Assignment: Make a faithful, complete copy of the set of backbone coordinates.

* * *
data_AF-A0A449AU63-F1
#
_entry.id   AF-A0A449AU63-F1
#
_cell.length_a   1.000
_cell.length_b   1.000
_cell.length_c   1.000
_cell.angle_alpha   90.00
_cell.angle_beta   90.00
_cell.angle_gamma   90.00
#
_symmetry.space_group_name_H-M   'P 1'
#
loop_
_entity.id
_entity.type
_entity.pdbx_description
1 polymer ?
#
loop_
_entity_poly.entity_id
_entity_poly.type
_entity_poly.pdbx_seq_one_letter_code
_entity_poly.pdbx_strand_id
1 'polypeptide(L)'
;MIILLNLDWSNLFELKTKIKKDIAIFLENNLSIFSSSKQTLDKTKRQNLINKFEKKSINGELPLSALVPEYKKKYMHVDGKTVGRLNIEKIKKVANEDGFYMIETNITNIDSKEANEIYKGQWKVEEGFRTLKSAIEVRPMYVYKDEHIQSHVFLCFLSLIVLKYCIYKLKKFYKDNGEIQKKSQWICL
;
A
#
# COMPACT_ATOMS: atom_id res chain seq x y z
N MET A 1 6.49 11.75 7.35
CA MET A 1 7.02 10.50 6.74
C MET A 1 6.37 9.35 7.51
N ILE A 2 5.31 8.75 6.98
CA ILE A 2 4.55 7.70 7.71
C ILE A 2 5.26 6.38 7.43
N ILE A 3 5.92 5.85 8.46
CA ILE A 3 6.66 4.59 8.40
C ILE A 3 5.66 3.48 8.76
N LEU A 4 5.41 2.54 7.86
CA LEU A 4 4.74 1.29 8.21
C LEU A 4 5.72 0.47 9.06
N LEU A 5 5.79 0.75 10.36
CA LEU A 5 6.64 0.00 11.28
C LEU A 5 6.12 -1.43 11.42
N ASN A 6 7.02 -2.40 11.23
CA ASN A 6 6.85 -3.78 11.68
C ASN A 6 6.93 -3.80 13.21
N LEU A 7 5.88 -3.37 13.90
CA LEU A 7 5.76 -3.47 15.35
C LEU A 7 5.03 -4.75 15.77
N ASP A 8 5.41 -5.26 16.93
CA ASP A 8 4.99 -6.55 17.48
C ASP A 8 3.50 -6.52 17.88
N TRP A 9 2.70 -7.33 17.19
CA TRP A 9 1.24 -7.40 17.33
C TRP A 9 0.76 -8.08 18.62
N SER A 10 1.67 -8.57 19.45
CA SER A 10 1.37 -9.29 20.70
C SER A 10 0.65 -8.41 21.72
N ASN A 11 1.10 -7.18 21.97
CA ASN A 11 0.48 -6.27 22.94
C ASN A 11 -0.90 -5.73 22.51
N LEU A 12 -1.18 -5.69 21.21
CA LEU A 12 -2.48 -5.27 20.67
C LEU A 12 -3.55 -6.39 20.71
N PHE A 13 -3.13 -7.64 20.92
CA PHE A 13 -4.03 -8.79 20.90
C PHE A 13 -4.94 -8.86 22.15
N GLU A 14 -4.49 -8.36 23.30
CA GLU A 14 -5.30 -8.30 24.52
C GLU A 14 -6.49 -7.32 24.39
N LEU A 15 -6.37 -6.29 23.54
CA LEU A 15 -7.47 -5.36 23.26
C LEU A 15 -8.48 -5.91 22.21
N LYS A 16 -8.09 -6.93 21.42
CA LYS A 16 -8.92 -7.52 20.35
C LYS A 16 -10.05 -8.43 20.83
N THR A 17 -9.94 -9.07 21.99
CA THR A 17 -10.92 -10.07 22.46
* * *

data_AF-A0A449AU63-F1
#
_entry.id   AF-A0A449AU63-F1
#
_cell.length_a   1.000
_cell.length_b   1.000
_cell.length_c   1.000
_cell.angle_alpha   90.00
_cell.angle_beta   90.00
_cell.angle_gamma   90.00
#
_symmetry.space_group_name_H-M   'P 1'
#
loop_
_entity.id
_entity.type
_entity.pdbx_description
1 polymer ?
#
loop_
_entity_poly.entity_id
_entity_poly.type
_entity_poly.pdbx_seq_one_letter_code
_entity_poly.pdbx_strand_id
1 'polypeptide(L)'
;MIILLNLDWSNLFELKTKIKKDIAIFLENNLSIFSSSKQTLDKTKRQNLINKFEKKSINGELPLSALVPEYKKKYMHVDGKTVGRLNIEKIKKVANEDGFYMIETNITNIDSKEANEIYKGQWKVEEGFRTLKSAIEVRPMYVYKDEHIQSHVFLCFLSLIVLKYCIYKLKKFYKDNGEIQKKSQWICL
;
A
#
# COMPACT_ATOMS: atom_id res chain seq x y z
N MET A 1 6.49 11.75 7.35
CA MET A 1 7.02 10.50 6.74
C MET A 1 6.37 9.35 7.51
N ILE A 2 5.31 8.75 6.98
CA ILE A 2 4.55 7.70 7.71
C ILE A 2 5.26 6.38 7.43
N ILE A 3 5.92 5.85 8.46
CA ILE A 3 6.66 4.59 8.40
C ILE A 3 5.66 3.48 8.76
N LEU A 4 5.41 2.54 7.86
CA LEU A 4 4.74 1.29 8.21
C LEU A 4 5.72 0.47 9.06
N LEU A 5 5.79 0.75 10.36
CA LEU A 5 6.64 0.00 11.28
C LEU A 5 6.12 -1.43 11.42
N ASN A 6 7.02 -2.40 11.23
CA ASN A 6 6.85 -3.78 11.68
C ASN A 6 6.93 -3.80 13.21
N LEU A 7 5.88 -3.37 13.90
CA LEU A 7 5.76 -3.47 15.35
C LEU A 7 5.03 -4.75 15.77
N ASP A 8 5.41 -5.26 16.93
CA ASP A 8 4.99 -6.55 17.48
C ASP A 8 3.50 -6.52 17.88
N TRP A 9 2.70 -7.33 17.19
CA TRP A 9 1.24 -7.40 17.33
C TRP A 9 0.76 -8.08 18.62
N SER A 10 1.67 -8.57 19.45
CA SER A 10 1.37 -9.29 20.70
C SER A 10 0.65 -8.41 21.72
N ASN A 11 1.10 -7.18 21.97
CA ASN A 11 0.48 -6.27 22.94
C ASN A 11 -0.90 -5.73 22.51
N LEU A 12 -1.18 -5.69 21.21
CA LEU A 12 -2.48 -5.27 20.67
C LEU A 12 -3.55 -6.39 20.71
N PHE A 13 -3.13 -7.64 20.92
CA PHE A 13 -4.03 -8.79 20.90
C PHE A 13 -4.94 -8.86 22.15
N GLU A 14 -4.49 -8.36 23.30
CA GLU A 14 -5.30 -8.30 24.52
C GLU A 14 -6.49 -7.32 24.39
N LEU A 15 -6.37 -6.29 23.54
CA LEU A 15 -7.47 -5.36 23.26
C LEU A 15 -8.48 -5.91 22.21
N LYS A 16 -8.09 -6.93 21.42
CA LYS A 16 -8.92 -7.52 20.35
C LYS A 16 -10.05 -8.43 20.83
N THR A 17 -9.94 -9.07 21.99
CA THR A 17 -10.92 -10.07 22.46